£2.5M Boost for Peak District Landscape Project

A scheme to improve the environment and better protect the much-loved landscapes of the southwest Peak District has been promised a massive chunk of funding from the Heritage Lottery Fund (HLF).

Roaches rainbow, 125 kb
Roaches rainbow
© Danhan, May 2007

The South West Peak Landscape Partnership, a collaboration of local and national organisations, has received the earmarked grant of £2.5m for its Landscape at a Crossroads project, which will focus on developing a better understanding of the landscape in the borderlands of Cheshire, Derbyshire and Staffordshire, 'in order to enhance and protect it into the future'.

Among the gems of the area are the Roaches gritstone ridge and Axe Edge Moors where the rivers Dove, Manifold, Goyt, Dane and Wye rise. The South West Peak is also home to an internationally important breeding bird community including short-eared owl, merlin and golden plover.

In preparation for the bid, the partnership carried out a campaign called ‘Give Five Words’ to capture what was special to people about the South West Peak. One of the correspondents, Den Cartlidge, said (in rather more than five words):

'I’ve been to lots of beautiful places in the British & Irish Isles, but I think there really is something unique about the South West Peak, in terms of landscape, natural history, and culture – a genuinely special and rather mysterious quality.'

The initial phase of the project will allow local people to have a say about why the South West Peak matters, and to work with partner organisations on their existing project ideas including: helping farmers to maintain viable farm businesses whilst safeguarding and enhancing important habitats and species like the curlew; working to improve water quality in rivers and streams; field studies opportunities and rural skills apprenticeships; encouraging people to access and enjoy the countryside; protecting and restoring small heritage features; and providing volunteering opportunities.

Drew Bennellick, HLF Head of Landscape and Natural Heritage, said:

'On the eve of the National Lottery’s 20th birthday, we’re delighted to be announcing our support for the ‘South West Peak - A Landscape at a Crossroads’ project. It’s also the perfect moment to thank Lottery players for helping make possible our Landscape Partnership programme.'

'Ten years ago we developed Landscape Partnerships so that we could deliver conservation on a truly landscape scale.  With so many habitats and species in decline and people becoming less and less connected to nature and the land, the programme was the first of its kind to allow conservationists to work at a cross-landscape scale. The programme has grown rapidly and is now leading the way in allowing many of our most treasured landscapes, as well as some of our most damaged, to be managed for the future in a sustainable way.'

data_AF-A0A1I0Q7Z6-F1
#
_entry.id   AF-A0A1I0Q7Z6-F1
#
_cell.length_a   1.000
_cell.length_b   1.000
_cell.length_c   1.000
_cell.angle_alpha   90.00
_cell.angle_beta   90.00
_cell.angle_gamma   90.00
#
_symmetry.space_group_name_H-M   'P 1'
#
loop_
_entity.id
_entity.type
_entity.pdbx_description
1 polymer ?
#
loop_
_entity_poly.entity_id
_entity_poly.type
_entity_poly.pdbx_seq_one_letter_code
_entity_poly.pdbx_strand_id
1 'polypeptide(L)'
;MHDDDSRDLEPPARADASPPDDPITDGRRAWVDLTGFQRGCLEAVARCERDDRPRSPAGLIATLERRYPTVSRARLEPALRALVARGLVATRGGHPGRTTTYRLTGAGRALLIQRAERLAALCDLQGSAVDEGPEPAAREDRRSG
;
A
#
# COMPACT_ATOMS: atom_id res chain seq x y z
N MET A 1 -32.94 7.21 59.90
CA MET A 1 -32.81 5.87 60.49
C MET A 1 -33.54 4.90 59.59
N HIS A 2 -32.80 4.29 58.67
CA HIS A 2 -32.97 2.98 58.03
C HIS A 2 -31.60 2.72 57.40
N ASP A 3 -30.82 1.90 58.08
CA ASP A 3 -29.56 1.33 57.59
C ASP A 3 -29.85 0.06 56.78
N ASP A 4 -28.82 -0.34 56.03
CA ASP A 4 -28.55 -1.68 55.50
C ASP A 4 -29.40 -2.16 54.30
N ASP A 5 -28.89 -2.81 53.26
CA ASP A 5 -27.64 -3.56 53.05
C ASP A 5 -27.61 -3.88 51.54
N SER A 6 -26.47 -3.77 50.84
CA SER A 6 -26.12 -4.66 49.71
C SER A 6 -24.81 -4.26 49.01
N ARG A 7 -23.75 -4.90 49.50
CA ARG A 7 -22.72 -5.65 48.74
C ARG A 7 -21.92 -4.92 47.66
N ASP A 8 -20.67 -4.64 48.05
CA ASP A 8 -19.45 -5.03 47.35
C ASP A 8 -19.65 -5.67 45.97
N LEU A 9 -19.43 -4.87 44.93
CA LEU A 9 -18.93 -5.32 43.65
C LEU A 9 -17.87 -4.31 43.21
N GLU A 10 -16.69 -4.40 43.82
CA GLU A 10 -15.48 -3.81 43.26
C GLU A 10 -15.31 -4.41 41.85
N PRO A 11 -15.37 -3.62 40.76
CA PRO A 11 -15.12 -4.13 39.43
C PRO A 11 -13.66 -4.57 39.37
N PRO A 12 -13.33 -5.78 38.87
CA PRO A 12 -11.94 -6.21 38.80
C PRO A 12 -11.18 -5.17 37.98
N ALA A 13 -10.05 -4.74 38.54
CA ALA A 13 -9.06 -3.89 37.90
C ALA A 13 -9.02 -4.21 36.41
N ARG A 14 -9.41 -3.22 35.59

'Engaging people as volunteers, training them as guides or helping them learn new skills has enabled local people to appreciate, value and speak up for the countryside. Our funding has led to new strategic partnerships between private, public, charitable and community bodies.'

'It has also ensured that the UK’s most precious resource, our landscape, will be protected for future generations.'

Perhaps he over states the role of the HLF in landscape conservation. Protecting things for the future is after all the responsibility of planners and politicians - and a debatable job they often do of it, too. But at least large helpings of Lottery funding can't be doing any harm.

The first stage of funding for the South West Peak project is a grant of £154,300 to help the partnership progress its plans. The remainder, which has already been set aside by the HLF, will be awarded once the partnership submits a fully developed application, provided, that is, that their final proposals fully meet the programme's criteria. 


  • More about the partnership and their community engagement work can be found here



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